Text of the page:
Immigration in texts by Otsuka, Nunez, and Powell
Immigration is the voluntary, physical movement from one place to another which requires some type of approval or admittance. When immigrating, people are looking for a better life, one that will be more successful than the one they lived before. Immigrants dream of new opportunities and advantages that were not available to them before, which will help them attain a better status. When moving to America, many immigrants are seeking the American Dream, the idea that in the United States you can be whoever you want to be and can become greatly successful with hard work and dedication. However, when things do not turn out as they believed it would, immigrants long to go back to their homelands but they cannot whether it is because of shame, change over time, or hope that things will improve. In the three novels: The Buddha in the Attic by Julia Otsuka, A Feather on the Breath of God by Sigrid Nunez, and The Fullness of Everything by Patricia Powell, characters move to the United States seeking better opportunities, new lives, and success but experience a feel of regret when their false realities are revealed and the journey back home is impossible.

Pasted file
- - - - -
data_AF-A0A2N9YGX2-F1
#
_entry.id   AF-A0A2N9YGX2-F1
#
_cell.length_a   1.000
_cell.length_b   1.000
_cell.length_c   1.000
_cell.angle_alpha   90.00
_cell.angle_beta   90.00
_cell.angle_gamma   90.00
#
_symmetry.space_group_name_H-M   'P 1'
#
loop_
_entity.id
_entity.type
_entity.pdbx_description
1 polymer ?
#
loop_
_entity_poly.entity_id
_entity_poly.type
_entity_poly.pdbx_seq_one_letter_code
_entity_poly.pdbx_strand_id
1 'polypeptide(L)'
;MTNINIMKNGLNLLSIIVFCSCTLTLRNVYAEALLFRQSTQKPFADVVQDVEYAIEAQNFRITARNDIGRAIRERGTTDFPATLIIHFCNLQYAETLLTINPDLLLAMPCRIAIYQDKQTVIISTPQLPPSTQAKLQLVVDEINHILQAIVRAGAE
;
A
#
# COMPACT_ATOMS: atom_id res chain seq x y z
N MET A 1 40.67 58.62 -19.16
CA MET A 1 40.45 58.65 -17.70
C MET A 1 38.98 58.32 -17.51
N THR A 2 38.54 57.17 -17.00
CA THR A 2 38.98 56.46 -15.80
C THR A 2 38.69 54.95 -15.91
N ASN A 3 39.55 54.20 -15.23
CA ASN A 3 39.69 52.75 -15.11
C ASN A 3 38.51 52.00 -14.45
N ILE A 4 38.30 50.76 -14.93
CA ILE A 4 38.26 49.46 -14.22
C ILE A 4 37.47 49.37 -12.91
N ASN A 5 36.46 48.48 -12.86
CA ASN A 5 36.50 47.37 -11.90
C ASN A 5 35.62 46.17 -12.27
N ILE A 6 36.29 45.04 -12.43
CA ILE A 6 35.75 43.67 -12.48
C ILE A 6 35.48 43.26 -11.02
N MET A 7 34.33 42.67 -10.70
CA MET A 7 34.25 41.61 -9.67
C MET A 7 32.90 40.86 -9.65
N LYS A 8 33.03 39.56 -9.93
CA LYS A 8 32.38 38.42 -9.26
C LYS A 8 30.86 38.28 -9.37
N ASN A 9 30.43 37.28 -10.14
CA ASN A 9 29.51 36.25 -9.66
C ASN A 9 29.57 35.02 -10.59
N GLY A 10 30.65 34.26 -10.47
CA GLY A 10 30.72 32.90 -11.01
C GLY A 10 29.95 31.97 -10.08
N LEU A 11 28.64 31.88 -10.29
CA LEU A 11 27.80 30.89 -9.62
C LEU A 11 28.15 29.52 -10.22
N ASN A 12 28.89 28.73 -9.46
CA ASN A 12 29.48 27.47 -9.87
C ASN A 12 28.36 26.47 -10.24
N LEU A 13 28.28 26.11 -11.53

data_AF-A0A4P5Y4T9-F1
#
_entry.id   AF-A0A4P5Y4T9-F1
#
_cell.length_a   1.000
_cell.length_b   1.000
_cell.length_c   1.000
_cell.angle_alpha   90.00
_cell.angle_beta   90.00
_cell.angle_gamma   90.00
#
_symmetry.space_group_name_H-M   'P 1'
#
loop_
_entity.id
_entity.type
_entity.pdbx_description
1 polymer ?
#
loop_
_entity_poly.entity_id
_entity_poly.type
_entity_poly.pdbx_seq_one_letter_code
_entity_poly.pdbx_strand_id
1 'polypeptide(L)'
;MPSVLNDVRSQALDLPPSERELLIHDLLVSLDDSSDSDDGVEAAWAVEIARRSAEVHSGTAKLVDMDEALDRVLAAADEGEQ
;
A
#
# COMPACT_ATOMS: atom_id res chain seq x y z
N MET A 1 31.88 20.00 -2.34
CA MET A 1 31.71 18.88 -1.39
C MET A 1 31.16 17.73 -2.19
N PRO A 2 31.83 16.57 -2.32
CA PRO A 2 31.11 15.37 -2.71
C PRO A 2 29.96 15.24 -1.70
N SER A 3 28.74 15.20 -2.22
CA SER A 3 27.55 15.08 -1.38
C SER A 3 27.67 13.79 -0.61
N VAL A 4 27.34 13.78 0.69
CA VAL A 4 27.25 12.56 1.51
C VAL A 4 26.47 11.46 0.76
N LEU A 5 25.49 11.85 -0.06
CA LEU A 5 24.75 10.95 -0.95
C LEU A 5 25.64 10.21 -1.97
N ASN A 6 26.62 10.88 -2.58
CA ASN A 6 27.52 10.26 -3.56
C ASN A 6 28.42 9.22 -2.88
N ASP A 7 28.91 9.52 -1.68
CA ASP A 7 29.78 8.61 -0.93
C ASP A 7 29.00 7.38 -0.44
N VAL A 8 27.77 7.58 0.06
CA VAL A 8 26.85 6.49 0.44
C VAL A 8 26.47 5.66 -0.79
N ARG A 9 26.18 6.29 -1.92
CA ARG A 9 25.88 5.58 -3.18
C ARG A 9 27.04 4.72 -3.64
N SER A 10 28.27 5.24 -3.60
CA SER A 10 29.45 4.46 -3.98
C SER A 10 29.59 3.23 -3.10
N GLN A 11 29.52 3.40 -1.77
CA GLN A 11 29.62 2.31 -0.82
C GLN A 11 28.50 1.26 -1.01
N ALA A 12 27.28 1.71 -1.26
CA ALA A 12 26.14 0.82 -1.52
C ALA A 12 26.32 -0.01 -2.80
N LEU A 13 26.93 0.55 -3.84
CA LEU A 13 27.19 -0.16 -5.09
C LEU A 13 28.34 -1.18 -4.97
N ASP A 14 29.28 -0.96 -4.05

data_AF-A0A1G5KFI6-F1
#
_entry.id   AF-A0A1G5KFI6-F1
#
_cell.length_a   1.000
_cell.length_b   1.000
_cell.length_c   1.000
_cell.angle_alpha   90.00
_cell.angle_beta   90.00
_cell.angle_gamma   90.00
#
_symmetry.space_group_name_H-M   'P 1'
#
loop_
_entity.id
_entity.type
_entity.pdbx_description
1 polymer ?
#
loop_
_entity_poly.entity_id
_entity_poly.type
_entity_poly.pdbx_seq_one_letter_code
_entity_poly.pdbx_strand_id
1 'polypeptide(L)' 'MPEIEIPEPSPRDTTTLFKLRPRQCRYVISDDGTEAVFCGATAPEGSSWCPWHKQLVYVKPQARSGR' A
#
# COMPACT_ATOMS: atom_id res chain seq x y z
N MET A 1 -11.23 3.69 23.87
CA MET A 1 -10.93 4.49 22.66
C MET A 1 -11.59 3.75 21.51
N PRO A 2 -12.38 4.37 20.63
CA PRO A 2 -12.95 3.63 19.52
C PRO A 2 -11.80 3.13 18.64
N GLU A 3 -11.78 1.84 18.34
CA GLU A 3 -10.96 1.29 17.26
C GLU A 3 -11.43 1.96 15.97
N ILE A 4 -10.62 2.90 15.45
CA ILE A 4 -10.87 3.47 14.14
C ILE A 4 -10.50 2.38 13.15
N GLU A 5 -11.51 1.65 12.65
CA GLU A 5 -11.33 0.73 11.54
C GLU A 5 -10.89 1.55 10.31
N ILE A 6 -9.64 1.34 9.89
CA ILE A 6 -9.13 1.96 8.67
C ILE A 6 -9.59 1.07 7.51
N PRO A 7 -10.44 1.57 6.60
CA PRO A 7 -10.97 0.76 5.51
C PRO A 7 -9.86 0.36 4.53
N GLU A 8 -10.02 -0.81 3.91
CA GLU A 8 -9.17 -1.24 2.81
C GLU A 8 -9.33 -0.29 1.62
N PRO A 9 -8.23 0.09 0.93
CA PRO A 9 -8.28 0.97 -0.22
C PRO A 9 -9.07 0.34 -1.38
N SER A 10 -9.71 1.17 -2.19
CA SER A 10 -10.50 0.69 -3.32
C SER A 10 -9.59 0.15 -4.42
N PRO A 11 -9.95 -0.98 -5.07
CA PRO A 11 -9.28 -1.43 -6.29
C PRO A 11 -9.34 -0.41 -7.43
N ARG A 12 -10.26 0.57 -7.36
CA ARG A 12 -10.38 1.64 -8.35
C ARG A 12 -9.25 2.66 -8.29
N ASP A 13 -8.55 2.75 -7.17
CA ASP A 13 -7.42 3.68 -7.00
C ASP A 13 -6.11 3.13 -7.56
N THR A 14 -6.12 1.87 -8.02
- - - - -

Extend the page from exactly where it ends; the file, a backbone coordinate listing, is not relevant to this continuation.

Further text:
Otsuka’s novel, The Buddha in the Attic, follows a group of Japanese women coming to the United States while dreaming the lives they will live with their new husbands. When they arrive, the women realize they have been lied to; the handsome men with the fancy car they see in their picture is not the man waiting for them at the airport. The women realize that, “the photographs we had been sent were twenty years old. That the letters we had been written had been written to us by people other than our husbands, professional people with beautiful handwriting whose job it was to tell lies and win hearts” (Otsuka, 18). The reality of the situation for these women sinks in right away and they know the life they were expecting is definitely not going to be the life they...
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